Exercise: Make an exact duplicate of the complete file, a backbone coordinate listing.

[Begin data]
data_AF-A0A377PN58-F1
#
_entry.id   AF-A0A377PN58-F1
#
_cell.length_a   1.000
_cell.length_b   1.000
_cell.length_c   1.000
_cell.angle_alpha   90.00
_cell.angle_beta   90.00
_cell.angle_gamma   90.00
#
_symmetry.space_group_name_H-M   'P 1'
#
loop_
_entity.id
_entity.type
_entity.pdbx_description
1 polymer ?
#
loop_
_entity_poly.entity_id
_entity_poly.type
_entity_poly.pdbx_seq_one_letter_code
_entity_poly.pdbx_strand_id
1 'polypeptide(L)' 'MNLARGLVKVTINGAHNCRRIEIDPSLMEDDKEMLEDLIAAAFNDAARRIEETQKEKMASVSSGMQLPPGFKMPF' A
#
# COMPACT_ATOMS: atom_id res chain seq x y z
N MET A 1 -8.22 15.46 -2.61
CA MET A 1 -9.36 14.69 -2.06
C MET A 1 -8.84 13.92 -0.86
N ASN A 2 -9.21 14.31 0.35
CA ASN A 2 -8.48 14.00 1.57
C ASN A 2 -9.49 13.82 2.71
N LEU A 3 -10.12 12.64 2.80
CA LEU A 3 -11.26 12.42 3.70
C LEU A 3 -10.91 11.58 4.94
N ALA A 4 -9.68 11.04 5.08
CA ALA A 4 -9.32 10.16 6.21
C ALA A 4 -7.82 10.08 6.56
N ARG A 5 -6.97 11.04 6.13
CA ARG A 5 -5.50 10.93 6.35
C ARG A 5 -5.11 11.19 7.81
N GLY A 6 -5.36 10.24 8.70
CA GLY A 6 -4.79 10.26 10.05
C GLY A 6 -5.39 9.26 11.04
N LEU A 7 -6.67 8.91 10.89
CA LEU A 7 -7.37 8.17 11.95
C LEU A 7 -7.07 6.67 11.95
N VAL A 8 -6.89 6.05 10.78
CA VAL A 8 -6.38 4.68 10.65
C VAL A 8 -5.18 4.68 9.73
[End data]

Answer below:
data_AF-A0A377PN58-F1
#
_entry.id   AF-A0A377PN58-F1
#
_cell.length_a   1.000
_cell.length_b   1.000
_cell.length_c   1.000
_cell.angle_alpha   90.00
_cell.angle_beta   90.00
_cell.angle_gamma   90.00
#
_symmetry.space_group_name_H-M   'P 1'
#
loop_
_entity.id
_entity.type
_entity.pdbx_description
1 polymer ?
#
loop_
_entity_poly.entity_id
_entity_poly.type
_entity_poly.pdbx_seq_one_letter_code
_entity_poly.pdbx_strand_id
1 'polypeptide(L)' 'MNLARGLVKVTINGAHNCRRIEIDPSLMEDDKEMLEDLIAAAFNDAARRIEETQKEKMASVSSGMQLPPGFKMPF' A
#
# COMPACT_ATOMS: atom_id res chain seq x y z
N MET A 1 -8.22 15.46 -2.61
CA MET A 1 -9.36 14.69 -2.06
C MET A 1 -8.84 13.92 -0.86
N ASN A 2 -9.21 14.31 0.35
CA ASN A 2 -8.48 14.00 1.57
C ASN A 2 -9.49 13.82 2.71
N LEU A 3 -10.12 12.64 2.80
CA LEU A 3 -11.26 12.42 3.70
C LEU A 3 -10.91 11.58 4.94
N ALA A 4 -9.68 11.04 5.08
CA ALA A 4 -9.32 10.16 6.21
C ALA A 4 -7.82 10.08 6.56
N ARG A 5 -6.97 11.04 6.13
CA ARG A 5 -5.50 10.93 6.35
C ARG A 5 -5.11 11.19 7.81
N GLY A 6 -5.36 10.24 8.70
CA GLY A 6 -4.79 10.26 10.05
C GLY A 6 -5.39 9.26 11.04
N LEU A 7 -6.67 8.91 10.89
CA LEU A 7 -7.37 8.17 11.95
C LEU A 7 -7.07 6.67 11.95
N VAL A 8 -6.89 6.05 10.78
CA VAL A 8 -6.38 4.68 10.65
C VAL A 8 -5.18 4.68 9.73